ECB tries to reconcile rising inflation with war risks

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Small figures can be seen in front of the displayed word “Inflation”, the EU flag and the rising stock chart in this image dated February 11, 2022. REUTERS/Dado Ruvic/Ilustration

March 10, 2022

By Balazs Koranyi and Francesco Canepa

FRANKFURT (Reuters) – The European Central Bank is likely to minimize policy commitments on Thursday as the shock of Russia’s invasion of Ukraine upends its expectations for the economy and policymakers are confronted with new realities.

With euro-zone inflation already at a record high before Moscow’s attack began on February 24, policymakers had been expected to announce the end of years of money-printing stimulus and pave the way for a rate hike later this year .

But the war has shattered that consensus, and the 25-member ECB Governing Council will go to the meeting divided, increasing the likelihood of a policy surprise – and the risk of failure.

“No one can seriously expect the ECB to start normalizing monetary policy at such a moment of high uncertainty,” said ING economist Carsten Brzeski.

The safest course seems to be for the bank to confirm an earlier decision to further taper bond purchases in the next quarter while leaving all other commitments, including an end date for purchases and the timing of a rate hike, up in the air.

“We believe the ECB will aim to buy some time by proceeding with the previously planned phased taper in April…while increasing flexibility in forward guidance to allow for more room to maneuver once the immediate fog lifts said Societe Generale economist Anatoly Annenkov.

“As long as we avoid a recession, which is our current baseline, we expect the ECB to conclude later this spring that monetary policy needs to tighten more quickly to stabilize inflation expectations.”

Inflation in the 19 countries using the euro could reach three times the ECB’s target of 2% this year and is likely to remain elevated next year.

A rebound in economic growth and the tightest labor market in decades should also prompt the ECB to abandon its ultra-loose monetary policy stance and end a nearly decade-long experiment in unconventional stimulus.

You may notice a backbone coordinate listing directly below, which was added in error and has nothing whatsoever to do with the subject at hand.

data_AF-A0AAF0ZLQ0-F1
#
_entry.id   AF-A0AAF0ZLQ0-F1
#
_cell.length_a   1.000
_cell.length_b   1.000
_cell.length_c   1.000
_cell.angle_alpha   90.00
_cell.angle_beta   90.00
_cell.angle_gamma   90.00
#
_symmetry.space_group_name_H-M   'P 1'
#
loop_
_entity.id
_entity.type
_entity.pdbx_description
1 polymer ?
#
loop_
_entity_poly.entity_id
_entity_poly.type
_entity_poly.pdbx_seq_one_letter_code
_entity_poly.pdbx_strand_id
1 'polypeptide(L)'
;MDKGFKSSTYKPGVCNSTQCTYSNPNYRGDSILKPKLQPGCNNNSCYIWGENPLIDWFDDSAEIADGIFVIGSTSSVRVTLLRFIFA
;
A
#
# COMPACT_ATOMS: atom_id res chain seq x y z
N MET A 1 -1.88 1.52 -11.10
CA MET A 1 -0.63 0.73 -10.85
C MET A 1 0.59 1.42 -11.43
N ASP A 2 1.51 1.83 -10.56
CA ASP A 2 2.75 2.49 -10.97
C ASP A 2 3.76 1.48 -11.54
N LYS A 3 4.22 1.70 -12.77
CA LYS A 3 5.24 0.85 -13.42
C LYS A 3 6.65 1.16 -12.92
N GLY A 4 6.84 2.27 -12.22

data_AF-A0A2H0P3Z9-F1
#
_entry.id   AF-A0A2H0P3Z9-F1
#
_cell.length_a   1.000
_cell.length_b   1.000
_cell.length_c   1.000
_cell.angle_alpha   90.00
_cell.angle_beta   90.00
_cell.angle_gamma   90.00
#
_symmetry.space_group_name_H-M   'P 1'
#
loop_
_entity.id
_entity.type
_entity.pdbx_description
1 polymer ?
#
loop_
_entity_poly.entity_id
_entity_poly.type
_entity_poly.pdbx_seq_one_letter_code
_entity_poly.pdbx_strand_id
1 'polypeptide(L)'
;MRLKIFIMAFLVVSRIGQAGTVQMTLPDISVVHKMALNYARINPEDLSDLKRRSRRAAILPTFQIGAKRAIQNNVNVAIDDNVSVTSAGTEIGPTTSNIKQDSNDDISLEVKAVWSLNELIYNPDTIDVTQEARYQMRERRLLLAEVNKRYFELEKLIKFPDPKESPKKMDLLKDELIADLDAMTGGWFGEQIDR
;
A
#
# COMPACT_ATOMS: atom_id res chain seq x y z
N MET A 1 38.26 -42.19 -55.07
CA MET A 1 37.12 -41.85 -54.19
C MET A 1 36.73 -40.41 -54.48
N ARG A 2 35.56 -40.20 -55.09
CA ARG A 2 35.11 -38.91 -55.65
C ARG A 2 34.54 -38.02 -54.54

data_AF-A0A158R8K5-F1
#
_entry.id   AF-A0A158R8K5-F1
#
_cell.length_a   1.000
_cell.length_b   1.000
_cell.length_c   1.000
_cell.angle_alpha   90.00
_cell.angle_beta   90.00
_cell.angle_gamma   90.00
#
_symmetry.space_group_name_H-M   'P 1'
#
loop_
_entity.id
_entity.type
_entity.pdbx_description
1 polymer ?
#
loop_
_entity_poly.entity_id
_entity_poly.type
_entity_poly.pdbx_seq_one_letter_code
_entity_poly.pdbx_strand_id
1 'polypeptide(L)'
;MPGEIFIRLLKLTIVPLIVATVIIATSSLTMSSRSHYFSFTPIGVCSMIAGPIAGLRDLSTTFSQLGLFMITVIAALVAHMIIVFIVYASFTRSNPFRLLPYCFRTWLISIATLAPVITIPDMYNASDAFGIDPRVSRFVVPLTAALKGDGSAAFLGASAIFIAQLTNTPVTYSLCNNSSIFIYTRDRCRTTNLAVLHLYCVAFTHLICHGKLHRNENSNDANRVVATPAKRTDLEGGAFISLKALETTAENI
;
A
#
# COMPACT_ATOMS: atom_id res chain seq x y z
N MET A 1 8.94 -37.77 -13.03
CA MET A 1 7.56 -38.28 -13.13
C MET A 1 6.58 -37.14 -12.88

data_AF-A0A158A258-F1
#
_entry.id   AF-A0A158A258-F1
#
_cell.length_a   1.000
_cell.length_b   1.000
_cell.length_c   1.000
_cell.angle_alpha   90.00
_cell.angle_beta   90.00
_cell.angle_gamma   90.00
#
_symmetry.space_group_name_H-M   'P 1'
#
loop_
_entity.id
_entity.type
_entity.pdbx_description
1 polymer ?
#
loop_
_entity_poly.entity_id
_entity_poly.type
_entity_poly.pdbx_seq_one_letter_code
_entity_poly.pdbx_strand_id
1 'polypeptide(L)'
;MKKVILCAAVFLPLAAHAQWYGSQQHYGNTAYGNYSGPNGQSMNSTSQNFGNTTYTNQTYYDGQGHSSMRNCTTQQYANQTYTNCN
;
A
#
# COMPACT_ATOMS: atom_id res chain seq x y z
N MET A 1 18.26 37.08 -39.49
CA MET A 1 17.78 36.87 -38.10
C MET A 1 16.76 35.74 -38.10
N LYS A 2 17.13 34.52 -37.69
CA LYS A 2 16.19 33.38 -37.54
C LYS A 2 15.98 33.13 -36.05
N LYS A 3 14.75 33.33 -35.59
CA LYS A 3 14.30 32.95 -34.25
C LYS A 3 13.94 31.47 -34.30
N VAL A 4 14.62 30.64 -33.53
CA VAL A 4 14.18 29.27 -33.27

The Federal Reserve is sticking with its plans to raise US interest rates next week and is announcing a series of hikes in the cost of borrowing as inflation rises.

But the conflict in Ukraine, the unprecedented sanctions western countries have imposed on Russia and soaring commodity prices will all increase uncertainty, dampen growth and weaken household spending power, contributing to caution.

However, some political hawks are likely to urge the ECB to rein in stimulus and at least return policy to a “neutral” stance, allowing the bank to signal the end of asset purchases in the coming months, a decision that raises the odds of – but would not cement – ​​a rate hike in 2022.

The bank is also expected to drop any reference to a rate cut in its forecast and possibly remove a stipulation that a rate hike would come “shortly” after bond purchases ended.


Even if the can is kicked in the street on Thursday, high inflation makes the stimulus rollback almost inevitable, but the real problem is how a shifting world order will affect prices far away, a time horizon that the ECB is more relevant.

High energy prices will dampen growth and could slow inflation in the longer term as families spend less on other things and businesses defer investment.

For this reason, the ECB’s inflation forecast for 2024 is unlikely to deviate much from the 1.8% it forecast three months ago.

These forecasts have been so unreliable in recent months that policymakers are now openly questioning them, making them less relevant to decision-making.

The war in Ukraine is also likely to unleash economic forces that could further push up prices.

Increased defense spending, as outlined by several eurozone members, and a quick green transition to wean the bloc off Russian gas should boost government spending and inflation.

These could also be backed by joint issuance of European Union debt, and the bloc would likely expect the ECB to keep its borrowing costs low.

However, it is next to impossible to quantify the inflationary costs of these long-term decisions, so the ECB forecasts will not reflect them, even if policymakers are likely to bring them up in the debate.

(edited by Catherine Evans) ECB tries to reconcile rising inflation with war risks


DUSTIN JONES is a USTimeToday U.S. News Reporter based in London. His focus is on U.S. politics and the environment. He has covered climate change extensively, as well as healthcare and crime. DUSTIN JONES joined USTimeToday in 2021 from the Daily Express and previously worked for Chemist and Druggist and the Jewish Chronicle. He is a graduate of Cambridge University. Languages: English. You can get in touch with DUSTIN JONES by emailing

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